Saint Hedwig: Bloody Footprints in the Snow

Footprints in the snow St. Hedwig

Saint Hedwig was a duchess in Silesia, an area that overlaps current-day Poland, Czech Republic and Germany. Even in the depths of winter, she insisted on showing her humility by walking to church in her bare feet.

In the upper portion of this miniature image, a servant woman points in horror to the bloody footprints left behind as Hedwig walked in the snow. Below, the saint inflicts wounds on her own back, and then she appears again, clenching her fists in anticipation of the blows. In this way, Hedwig sought to prove her willingness to suffer pain for her faith. Self-inflicted pain was seen in the Middle Ages as a voluntary form of penance, a way of understanding and participating in the Passion of Christ.

There is more to the Saint Hedwig story, for example, testimonies of miraculous changes of water into wine.  For the details on that, check the links.

Primary Source: http://www.getty.edu/art/gettyguide/artObjectDetails?artobj=4372

See also:  http://history.vusiem.com/item272.html

http://www.bbc.co.uk/ahistoryoftheworld/about/transcripts/episode57/

Barefoot on Holy Ground – A Lesson from the Torah

Image

(Excerpt from: “Walking barefoot: Jewish lessons in leadership” by Rabbi Joel Seltzer / Jewish World blogger     | Jan. 6, 2013.)

 

“This whole barefoot theory is nothing new. No, quite to the contrary. In this past week’s Torah portion we read of the first time someone was advised to remove their shoes in order to be in touch with the ground more completely; the person who took off their shoes was Moses, and the advice-giver was God.

In this past week’s parasha, Parashat Shemot, Moses encounters the Presence of God for the first, but certainly not the last, time. While he is tending to his father-in-law’s flock, he stumbles upon Mt. Horev, and there Moses sees the miraculous vision of the burning bush. It is during this moment of theophany when God asks what may seem like an unusual request:

God says: “Draw not nigh hither; put off thy shoes from off thy feet, for the place whereon thou standest is holy ground.” (Exodus 3:5)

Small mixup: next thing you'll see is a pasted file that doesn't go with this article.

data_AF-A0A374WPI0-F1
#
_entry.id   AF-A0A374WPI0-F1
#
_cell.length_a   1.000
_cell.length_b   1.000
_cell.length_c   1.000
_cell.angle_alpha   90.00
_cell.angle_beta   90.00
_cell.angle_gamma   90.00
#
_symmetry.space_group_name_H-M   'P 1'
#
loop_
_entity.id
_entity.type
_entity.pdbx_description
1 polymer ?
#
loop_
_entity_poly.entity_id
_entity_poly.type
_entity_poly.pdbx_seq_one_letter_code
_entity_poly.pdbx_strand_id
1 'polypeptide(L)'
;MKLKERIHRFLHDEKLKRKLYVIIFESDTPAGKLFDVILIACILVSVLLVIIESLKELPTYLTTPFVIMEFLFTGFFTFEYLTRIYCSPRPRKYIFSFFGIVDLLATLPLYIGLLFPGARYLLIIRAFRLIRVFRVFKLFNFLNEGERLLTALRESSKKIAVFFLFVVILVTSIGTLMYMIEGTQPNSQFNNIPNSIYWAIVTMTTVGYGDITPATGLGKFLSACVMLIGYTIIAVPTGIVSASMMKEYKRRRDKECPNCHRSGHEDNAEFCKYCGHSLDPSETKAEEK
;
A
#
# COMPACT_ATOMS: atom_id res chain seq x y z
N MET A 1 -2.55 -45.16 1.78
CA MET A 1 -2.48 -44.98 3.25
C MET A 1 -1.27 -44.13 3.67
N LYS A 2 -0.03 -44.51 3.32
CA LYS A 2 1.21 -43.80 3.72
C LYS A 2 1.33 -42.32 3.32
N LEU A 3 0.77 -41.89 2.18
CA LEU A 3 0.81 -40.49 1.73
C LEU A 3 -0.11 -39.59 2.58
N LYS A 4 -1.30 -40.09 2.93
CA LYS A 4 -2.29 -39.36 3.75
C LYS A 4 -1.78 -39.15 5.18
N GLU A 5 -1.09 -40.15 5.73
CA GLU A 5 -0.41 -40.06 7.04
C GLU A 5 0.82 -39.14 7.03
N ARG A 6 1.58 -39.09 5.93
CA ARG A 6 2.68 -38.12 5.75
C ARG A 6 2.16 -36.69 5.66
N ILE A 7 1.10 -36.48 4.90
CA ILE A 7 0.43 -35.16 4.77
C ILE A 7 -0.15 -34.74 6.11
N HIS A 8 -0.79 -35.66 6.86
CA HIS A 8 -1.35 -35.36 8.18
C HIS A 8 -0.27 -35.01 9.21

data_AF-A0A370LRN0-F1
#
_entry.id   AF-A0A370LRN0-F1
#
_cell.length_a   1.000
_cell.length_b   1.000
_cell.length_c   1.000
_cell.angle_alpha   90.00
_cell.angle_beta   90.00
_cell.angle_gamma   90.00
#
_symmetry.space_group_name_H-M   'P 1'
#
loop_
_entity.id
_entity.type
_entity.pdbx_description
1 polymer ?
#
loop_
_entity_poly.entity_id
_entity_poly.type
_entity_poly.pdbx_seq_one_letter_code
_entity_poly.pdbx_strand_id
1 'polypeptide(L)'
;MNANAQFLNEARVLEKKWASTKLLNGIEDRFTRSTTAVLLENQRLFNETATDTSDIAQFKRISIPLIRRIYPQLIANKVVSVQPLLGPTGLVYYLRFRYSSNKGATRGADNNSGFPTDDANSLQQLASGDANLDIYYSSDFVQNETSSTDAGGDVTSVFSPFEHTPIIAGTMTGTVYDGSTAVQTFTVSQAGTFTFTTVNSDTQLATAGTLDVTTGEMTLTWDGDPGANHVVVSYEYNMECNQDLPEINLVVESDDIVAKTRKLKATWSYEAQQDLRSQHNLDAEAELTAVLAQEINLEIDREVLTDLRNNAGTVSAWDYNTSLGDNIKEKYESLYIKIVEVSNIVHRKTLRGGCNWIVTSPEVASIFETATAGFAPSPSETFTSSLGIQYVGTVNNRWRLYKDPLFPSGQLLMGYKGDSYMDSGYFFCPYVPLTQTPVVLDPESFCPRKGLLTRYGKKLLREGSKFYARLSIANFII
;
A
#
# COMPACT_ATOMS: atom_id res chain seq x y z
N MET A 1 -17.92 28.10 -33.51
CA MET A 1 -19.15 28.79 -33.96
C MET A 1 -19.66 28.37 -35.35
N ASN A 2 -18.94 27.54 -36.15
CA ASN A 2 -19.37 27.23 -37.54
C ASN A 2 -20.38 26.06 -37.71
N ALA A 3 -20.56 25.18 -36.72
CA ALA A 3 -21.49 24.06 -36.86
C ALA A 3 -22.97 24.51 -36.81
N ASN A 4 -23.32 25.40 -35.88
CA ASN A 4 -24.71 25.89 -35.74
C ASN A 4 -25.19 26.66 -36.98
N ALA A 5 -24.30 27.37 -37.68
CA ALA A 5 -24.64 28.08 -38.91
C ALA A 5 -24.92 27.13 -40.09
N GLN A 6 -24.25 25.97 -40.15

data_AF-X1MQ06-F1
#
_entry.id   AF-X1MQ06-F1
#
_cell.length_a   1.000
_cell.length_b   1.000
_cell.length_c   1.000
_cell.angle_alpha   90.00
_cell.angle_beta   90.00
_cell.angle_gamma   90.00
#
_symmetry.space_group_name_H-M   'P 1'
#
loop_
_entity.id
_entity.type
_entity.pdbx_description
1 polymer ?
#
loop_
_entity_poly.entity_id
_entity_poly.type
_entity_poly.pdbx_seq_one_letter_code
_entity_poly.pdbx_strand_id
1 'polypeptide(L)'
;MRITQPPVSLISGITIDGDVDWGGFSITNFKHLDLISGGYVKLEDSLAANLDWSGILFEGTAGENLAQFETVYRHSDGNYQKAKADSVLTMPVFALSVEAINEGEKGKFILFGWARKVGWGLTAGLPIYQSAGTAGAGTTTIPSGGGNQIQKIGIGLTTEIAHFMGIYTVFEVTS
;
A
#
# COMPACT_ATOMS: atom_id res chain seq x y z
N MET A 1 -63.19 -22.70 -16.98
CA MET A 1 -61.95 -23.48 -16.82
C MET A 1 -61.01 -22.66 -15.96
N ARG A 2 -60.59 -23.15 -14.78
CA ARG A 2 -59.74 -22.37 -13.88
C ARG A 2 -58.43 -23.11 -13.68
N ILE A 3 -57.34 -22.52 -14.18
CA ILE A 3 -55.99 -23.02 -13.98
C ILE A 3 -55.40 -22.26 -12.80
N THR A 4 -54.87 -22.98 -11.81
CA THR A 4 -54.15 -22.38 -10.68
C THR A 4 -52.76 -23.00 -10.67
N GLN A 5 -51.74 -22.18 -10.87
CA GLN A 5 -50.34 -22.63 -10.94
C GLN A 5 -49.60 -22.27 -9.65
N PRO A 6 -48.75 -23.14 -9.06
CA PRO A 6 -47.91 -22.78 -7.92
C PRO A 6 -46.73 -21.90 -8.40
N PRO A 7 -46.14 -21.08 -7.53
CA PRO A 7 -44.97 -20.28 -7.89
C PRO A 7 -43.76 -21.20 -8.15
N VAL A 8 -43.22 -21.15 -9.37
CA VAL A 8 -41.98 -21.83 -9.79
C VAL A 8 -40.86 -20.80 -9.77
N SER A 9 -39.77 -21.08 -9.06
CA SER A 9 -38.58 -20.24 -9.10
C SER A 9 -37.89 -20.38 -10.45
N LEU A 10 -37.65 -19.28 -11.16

The commentators are puzzled by this request. Why does God ask Moses to remove his shoes? Is it because there was a line in the sand? Is it because our shoes are naturally dirty and therefore unfit to be in the presence of God?

One possible answer comes from the Hasidic Rebbe, the “Ollalot Ephraim.” He writes:

         ‘The world beneath our feet is always filled with small stones and debris. When we wear shoes, we easily walk upon all sorts of small things which stand in our way; in fact we barely notice them. But, when we walk barefoot, we feel every single stone and pebble, every kotz vedardar, every thorn and every thistle, every last rock hurts us. And this then is the hinted meaning of the text: To Moses, the preeminent leader of the people Israel, God said: “Shal na’alekha” “take off your shoes,” meaning, the leader of each and every generation needs to be aware of every barrier, every experience of suffering that is placed upon the way. A leader must feel the pain of the people, and must be sensitive to their every suffering.’

This is the meaning of true leadership; understanding the power that comes when we walk barefoot through our lives. When, instead of ignoring the pain and suffering of others that abounds, we make ourselves vulnerable to it. When, instead of choosing a life of padding and cushion, we understand that we were meant to feel every rock and every pebble, every thorn and every thistle of the ground beneath our feet.”

 

For the full article, refer to:

http://www.haaretz.com/jewish-world/rabbis-round-table/walking-barefoot-jewish-lessons-in-leadership.premium-1.492180

 

Photo Source: http://africaisnear.blogspot.com/2009/04/take-off-your-shoes.html

Feeling Concrete (or Snow) Under His Toes

Image

Journalist Thane Burnett went barefoot to feel the true grit of Toronto’s streets. He was a neophyte to the unshod lifestyle; his 10 little ‘piggies’ were always wrapped up tight while going to market — or anywhere else. For this one-day experiment on the pavement, he walked with Barefoot Moe, an expert on the ropes (and over the cracks).

Their conversation and the bare bottom walkabout did not convert the journalist.  He certainly did his research, presenting facts and anecdotes on the increasing popularity of going barefoot. However, as he walked he glanced enviously at the shoes on a homeless man and at the tiny ones on a baby. The article gives clear voice to Barefoot Moe’s enthusiasm. But, once the journalist was alone, he frantically washed his feet in an office washroom sink and quickly donned his black-leather shoes.  Once a shoddie, always a shoddie? 

No flip flopping in this story.

 

Adapted from:  http://www.theobserver.ca/2009/08/25/barefooters-take-to-the-road

Photo Source of Barefoot Moe:  https://www.google.com/images?hl=en&q=barefoot+Moe+images&gbv=2&sa=X&oi=image_result_group&ei=cyxDU9noD4a9yAGHsoGwBw&ved=0CBsQsAQ